K Popat, T Ngyugen, A Kowalski, M Daley, J Arens, D Thakar
anterior spinal artery syndrome, arteria radicularis magna, spinal cord ischemia
K Popat, T Ngyugen, A Kowalski, M Daley, J Arens, D Thakar. Postoperative Paraplegia after Nonvascular Thoracic Surgery. The Internet Journal of Anesthesiology. 2003 Volume 8 Number 1.
We describe two cases of paraplegia secondary to spinal cord ischemia after thoracic surgery. After reviewing the literature, we report potential risk factors and the clinical scenarios that put patients at higher risk of spinal cord ischemia. Based on these two cases, nursing practice was revised for this susceptible group (>58 years of age, male sex, atherosclerotic disease, diabetes, hypertension and obesity) at our institution, and we were able to rapidly diagnose and successfully treat paraparesis in another patient, without any neurologic sequel. This report emphasizes the importance of vigilant neurologic and hemodynamic monitoring in patients whose intravascular volume is depleted.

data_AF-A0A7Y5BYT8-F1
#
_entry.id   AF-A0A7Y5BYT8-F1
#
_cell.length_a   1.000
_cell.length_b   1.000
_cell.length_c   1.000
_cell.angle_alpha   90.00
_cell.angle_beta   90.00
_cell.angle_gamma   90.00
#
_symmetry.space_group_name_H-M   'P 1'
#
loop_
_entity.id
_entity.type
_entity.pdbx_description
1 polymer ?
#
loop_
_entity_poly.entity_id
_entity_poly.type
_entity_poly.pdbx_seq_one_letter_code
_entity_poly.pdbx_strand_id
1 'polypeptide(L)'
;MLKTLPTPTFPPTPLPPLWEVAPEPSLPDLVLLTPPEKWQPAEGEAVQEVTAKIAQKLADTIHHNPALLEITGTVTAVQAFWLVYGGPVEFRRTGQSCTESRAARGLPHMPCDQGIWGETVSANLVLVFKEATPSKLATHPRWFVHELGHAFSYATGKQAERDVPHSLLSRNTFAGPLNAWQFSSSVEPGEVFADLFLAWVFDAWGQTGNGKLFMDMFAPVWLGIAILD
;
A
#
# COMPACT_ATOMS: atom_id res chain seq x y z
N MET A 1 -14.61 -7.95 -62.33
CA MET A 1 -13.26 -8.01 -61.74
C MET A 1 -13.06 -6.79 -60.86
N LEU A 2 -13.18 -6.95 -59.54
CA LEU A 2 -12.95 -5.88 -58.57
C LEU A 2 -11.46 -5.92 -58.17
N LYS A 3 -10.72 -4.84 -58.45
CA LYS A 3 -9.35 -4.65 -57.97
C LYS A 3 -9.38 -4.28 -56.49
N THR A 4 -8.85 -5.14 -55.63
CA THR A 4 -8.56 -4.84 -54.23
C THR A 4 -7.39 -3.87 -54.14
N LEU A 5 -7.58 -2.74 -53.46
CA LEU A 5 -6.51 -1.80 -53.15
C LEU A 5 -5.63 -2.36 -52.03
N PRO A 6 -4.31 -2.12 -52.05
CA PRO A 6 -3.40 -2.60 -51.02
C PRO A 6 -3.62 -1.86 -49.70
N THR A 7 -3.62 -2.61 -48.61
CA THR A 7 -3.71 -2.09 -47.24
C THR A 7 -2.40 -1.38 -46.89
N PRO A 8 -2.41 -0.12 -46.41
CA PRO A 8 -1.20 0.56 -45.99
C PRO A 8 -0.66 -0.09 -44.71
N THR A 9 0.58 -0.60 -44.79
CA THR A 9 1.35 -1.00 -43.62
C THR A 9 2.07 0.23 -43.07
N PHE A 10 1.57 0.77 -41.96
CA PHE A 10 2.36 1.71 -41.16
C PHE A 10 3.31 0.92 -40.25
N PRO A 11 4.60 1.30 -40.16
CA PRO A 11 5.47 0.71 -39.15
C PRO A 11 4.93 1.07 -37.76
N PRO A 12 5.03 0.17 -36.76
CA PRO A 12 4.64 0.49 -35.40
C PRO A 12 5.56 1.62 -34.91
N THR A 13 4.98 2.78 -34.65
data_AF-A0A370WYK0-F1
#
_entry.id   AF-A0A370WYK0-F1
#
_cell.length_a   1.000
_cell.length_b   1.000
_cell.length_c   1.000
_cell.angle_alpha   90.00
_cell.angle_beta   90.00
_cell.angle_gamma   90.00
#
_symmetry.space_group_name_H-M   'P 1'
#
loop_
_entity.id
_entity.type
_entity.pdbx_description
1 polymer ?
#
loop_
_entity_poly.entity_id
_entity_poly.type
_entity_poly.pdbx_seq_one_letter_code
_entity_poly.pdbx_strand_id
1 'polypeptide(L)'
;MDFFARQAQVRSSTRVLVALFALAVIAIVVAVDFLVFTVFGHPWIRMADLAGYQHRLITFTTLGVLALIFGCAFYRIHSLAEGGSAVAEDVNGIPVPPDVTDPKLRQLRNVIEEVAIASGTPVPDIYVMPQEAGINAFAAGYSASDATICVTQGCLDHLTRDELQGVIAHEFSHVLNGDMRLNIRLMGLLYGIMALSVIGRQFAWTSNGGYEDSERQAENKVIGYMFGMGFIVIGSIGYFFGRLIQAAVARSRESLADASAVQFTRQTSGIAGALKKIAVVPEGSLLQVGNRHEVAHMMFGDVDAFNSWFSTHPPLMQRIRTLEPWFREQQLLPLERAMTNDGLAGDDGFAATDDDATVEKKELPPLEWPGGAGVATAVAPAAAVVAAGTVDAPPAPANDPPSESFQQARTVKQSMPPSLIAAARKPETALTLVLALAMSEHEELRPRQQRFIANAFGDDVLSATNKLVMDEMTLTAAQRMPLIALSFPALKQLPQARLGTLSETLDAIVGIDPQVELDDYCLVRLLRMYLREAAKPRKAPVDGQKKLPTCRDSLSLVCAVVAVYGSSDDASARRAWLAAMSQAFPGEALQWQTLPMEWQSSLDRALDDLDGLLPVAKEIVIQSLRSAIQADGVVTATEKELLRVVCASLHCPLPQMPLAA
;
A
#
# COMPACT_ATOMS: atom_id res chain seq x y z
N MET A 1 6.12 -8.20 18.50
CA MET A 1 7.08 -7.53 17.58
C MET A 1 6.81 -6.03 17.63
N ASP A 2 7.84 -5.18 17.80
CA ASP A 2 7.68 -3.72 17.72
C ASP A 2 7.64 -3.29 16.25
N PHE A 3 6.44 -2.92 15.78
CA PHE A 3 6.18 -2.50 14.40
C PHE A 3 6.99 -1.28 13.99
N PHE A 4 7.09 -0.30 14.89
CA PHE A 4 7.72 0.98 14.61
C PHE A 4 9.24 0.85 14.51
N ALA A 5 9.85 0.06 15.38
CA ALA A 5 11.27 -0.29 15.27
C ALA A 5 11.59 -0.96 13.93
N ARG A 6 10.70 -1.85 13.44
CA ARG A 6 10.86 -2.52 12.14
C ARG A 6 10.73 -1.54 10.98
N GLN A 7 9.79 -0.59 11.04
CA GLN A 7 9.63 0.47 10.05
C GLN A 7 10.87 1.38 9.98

Paraplegia after nonvascular thoracic surgery occurs in 0.08% of cases, and the incidence of spontaneous spinal cord ischemia is unknown (1). Thankfully, these adverse events are very rare, but as we state in this report, they are more likely to occur in certain scenarios and disease processes; therefore, such cases require additional vigilance. We describe two cases of postoperative paraplegia secondary to spinal cord ischemia and discuss the changes in our patient-care policy that resulted from them.